Smith's easy-going writing style folds the small details of the lives of his characters into a fast-paced, white-knuckled action ride that winds and weaves the threads of the plot into the sort of roller-coaster usually reserved for the big screen. Timing is everything here. Smith uses multiple points of view, bringing the reader into the narrative through the eyes of his characters -- heroes, villains and supporting players alike. You are drawn helplessly into the narrative with an intimacy and urgency that makes the pages fly. Many chapters end with a mental observation by the character through whose eyes you have just been experiencing events, and then a teaser from the uber-narrator (Smith) that gives a frightening glimpse into the future.

And, did I mention the Oregon mountains and high desert? Thinly disguised as the "Cold River" Indian reservation, we experience something of the Warm Springs Indian Reservation in north-central Oregon that would otherwise be closed to us. The author takes us through that heart-stoppingly beautiful wilderness into places that few Siyapu (white people) ever see, and most of that privileged few only see from afar on backpacking trails skirting its borders or looking down through airplane windows.

It also doesn't hurt to read Smith's earlier novel, "Cold River Rising" before you pick up "Cold River Resurrection." And when you have finished both, you will be salivating for another.

This is an A-plus summer read.
20 internautes sur 23 ont trouvé ce commentaire utile 
Par Penny P. Hammack - Publié sur
Format: Format Kindle Achat vérifié
It's called foreshadowing and is a way to pique or keep your interest but a little goes a long way. In this novel, at the end of every chapter the author throws in foreshadowing of things to come. And all the hints are of really bad things to come. I can't figure out why anyone would read after the first few chapters when we already know that nothing good is going to happen. Also, we have a heroine who starts out befuddled, becomes completely psychotic while she is lost then turns into a wonder woman after her rescue. Oh and BTW she is 29 years old and still clings to a doll and falls immediately into like with her rescuer. Add a tribal policeman who never misses his target and the usual clueless FBI agents and you have a mess. Not worth reading.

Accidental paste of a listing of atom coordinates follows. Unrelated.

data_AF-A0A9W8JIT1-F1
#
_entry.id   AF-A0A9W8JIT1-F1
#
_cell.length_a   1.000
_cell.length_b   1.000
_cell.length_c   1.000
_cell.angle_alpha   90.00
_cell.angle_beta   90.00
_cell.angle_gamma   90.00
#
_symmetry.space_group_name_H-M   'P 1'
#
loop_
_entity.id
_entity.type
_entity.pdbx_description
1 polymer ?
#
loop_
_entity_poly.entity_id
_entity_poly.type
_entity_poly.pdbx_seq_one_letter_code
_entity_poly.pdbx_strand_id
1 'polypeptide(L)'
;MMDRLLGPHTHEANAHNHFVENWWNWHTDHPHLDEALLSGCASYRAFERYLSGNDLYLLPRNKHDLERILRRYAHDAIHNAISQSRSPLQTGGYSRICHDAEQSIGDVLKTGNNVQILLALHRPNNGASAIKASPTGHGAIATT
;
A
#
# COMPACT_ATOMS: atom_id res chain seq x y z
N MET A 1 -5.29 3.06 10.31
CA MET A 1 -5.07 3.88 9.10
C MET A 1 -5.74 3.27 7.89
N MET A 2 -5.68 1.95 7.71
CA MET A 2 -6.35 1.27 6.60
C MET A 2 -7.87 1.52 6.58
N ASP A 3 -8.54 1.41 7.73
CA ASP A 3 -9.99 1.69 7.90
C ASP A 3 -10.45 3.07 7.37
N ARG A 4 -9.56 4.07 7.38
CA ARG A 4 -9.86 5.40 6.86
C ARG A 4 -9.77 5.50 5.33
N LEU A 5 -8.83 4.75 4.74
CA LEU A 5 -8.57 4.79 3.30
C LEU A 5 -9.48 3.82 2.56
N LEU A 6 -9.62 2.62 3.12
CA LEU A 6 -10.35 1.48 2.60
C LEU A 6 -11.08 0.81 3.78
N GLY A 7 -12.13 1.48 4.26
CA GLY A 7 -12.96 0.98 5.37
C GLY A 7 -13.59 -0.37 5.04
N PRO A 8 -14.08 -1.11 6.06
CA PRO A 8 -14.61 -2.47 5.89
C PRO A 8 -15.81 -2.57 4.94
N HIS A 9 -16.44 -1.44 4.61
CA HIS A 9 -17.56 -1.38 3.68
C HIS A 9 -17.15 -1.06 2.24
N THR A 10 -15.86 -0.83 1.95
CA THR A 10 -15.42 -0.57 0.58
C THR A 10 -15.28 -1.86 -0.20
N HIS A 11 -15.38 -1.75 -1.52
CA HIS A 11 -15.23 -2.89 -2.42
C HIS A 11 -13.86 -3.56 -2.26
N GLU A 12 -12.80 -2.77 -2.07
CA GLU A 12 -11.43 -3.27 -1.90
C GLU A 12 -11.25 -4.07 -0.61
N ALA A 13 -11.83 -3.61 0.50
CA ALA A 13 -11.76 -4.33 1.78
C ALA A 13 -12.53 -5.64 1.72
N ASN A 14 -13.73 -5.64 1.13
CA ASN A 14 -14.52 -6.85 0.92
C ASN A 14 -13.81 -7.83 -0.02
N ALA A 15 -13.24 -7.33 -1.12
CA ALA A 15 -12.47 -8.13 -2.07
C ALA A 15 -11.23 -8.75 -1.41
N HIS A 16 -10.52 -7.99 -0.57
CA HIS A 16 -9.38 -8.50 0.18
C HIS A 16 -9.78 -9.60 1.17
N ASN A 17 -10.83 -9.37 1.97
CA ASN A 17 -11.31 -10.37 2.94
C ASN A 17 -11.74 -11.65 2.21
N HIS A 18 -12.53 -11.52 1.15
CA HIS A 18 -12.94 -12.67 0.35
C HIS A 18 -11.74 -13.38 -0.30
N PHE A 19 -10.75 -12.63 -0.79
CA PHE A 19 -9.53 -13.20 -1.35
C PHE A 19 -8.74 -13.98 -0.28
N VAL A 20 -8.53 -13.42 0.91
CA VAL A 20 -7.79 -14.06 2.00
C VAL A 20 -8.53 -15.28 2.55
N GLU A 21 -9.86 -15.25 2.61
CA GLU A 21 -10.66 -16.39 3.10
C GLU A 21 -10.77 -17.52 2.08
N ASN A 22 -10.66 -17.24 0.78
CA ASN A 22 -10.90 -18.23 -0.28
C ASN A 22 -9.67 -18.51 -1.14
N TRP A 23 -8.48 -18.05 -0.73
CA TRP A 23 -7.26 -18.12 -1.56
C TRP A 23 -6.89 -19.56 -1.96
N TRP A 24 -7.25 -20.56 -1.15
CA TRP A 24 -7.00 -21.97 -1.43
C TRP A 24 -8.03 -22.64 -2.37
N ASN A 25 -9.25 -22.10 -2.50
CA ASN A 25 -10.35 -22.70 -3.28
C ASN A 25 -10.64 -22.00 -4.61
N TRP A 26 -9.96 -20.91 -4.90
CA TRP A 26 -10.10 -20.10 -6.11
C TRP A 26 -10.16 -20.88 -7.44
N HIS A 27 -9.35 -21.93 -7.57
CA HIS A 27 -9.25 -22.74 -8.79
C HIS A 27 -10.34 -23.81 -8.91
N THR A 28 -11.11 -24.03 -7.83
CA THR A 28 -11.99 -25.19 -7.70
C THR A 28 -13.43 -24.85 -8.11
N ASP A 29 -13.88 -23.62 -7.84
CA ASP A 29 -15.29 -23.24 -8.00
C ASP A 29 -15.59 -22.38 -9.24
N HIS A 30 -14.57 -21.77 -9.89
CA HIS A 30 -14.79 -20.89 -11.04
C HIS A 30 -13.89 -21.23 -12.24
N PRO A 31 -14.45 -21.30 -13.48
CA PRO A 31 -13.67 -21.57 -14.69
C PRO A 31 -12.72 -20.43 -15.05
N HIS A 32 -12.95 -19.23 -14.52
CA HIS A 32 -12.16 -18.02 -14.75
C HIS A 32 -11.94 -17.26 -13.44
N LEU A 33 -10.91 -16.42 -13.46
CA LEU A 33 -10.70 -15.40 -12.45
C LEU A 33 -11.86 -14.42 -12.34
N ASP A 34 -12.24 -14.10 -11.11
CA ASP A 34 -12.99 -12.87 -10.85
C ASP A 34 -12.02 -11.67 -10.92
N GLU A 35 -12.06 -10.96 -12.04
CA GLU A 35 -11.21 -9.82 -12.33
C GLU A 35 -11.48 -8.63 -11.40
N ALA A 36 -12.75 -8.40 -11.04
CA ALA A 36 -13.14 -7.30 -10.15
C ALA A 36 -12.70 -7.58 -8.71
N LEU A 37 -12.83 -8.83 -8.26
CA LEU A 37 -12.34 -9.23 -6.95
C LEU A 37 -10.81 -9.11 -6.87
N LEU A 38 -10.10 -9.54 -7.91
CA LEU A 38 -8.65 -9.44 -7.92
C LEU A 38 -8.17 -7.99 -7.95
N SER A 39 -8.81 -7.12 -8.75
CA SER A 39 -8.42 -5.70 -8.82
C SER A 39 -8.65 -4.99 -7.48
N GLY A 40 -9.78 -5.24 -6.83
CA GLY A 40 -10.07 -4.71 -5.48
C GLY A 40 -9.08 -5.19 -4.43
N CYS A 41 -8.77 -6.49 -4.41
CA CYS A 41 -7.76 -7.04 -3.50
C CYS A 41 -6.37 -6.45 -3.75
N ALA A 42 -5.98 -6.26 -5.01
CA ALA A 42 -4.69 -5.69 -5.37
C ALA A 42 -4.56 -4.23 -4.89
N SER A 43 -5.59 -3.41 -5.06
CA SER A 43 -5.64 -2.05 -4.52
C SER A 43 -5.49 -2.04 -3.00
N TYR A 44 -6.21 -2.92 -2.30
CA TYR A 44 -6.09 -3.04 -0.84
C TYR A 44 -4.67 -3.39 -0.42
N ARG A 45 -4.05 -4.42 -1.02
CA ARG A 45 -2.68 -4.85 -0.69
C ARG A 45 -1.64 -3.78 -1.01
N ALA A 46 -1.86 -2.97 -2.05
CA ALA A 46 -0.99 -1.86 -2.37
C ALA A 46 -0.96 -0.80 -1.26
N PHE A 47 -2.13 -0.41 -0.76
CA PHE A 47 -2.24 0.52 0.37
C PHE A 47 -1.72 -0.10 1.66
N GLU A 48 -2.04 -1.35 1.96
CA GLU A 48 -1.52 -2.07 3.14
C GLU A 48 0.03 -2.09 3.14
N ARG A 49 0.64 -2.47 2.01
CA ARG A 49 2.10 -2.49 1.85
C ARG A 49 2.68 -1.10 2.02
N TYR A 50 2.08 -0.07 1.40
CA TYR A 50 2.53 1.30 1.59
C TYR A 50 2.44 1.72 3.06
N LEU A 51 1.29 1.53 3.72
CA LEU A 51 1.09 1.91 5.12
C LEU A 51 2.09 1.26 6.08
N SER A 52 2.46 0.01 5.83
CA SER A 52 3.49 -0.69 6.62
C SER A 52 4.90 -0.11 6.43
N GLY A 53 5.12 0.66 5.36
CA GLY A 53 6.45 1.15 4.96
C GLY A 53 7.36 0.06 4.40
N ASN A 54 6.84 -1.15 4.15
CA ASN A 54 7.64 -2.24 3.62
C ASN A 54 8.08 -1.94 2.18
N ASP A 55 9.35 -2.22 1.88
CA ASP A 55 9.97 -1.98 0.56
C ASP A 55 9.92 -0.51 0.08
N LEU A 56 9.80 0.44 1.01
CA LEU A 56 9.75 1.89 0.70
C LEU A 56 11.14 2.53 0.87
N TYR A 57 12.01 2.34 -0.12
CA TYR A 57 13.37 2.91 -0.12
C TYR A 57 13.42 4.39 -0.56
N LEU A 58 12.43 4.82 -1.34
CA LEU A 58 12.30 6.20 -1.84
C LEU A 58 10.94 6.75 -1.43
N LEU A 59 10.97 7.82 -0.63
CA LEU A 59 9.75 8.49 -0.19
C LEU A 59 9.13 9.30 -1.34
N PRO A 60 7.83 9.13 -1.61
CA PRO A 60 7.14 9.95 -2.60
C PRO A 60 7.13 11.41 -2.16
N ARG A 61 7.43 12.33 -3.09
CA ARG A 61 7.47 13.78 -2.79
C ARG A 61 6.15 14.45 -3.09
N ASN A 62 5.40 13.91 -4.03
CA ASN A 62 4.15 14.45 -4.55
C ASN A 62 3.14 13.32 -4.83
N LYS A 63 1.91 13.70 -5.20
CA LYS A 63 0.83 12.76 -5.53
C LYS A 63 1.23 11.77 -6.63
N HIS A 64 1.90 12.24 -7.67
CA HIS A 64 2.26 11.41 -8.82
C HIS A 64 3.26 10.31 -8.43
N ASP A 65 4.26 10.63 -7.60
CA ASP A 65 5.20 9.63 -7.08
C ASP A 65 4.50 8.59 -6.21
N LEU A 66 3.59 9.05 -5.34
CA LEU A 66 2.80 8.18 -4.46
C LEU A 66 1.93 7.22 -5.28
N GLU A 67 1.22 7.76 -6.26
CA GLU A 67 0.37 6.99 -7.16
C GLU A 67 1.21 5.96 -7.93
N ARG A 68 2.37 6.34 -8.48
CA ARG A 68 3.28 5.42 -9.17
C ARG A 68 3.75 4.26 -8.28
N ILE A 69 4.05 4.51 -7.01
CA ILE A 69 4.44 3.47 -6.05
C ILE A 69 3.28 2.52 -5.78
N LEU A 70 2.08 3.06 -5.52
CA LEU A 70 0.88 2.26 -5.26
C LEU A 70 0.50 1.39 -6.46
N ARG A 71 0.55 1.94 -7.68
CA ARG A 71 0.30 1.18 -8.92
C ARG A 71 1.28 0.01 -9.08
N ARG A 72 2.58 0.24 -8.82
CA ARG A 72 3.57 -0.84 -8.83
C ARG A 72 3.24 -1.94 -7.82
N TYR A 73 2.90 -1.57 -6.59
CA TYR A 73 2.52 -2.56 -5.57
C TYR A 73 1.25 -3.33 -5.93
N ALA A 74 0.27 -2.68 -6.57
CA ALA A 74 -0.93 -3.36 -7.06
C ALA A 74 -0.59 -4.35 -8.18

19 internautes sur 22 ont trouvé ce commentaire utile 
HASH(0x8e4682f4) étoiles sur 5 Could there be a dumber ending? 26 août 2014
Par Shevy - Publié sur
Format: Format Kindle Achat vérifié
Spoiler alert. The ending spoils the book. The characters are catchy and much of the writing is dandy but there are too many "but why would they do that?" moments and a very goofy ending. I've read the first two in the series but I think I'm done with them...
5 internautes sur 5 ont trouvé ce commentaire utile 
HASH(0x8e468354) étoiles sur 5 Foreshadowing sustains suspense 11 mars 2015
Par Bichon Mom - Publié sur
Format: Format Kindle Achat vérifié
The ominous foreshadowing technique used by the author at the end of certain chapters helps to increase the suspense level in this interesting mystery. While it is the second in a series, it is definitely a stand alone book. The characterizations and details of the Indian culture make this a unique and very readable story. As I was reading, I was sure that I would be rating this book a full four stars. However, the climax was so disappointing and took the genre from police procedural to paranormal. This unrealistic ending just seemed to be a poor resolution to an insurmountable plot point and left me feeling dissatisfied with the book.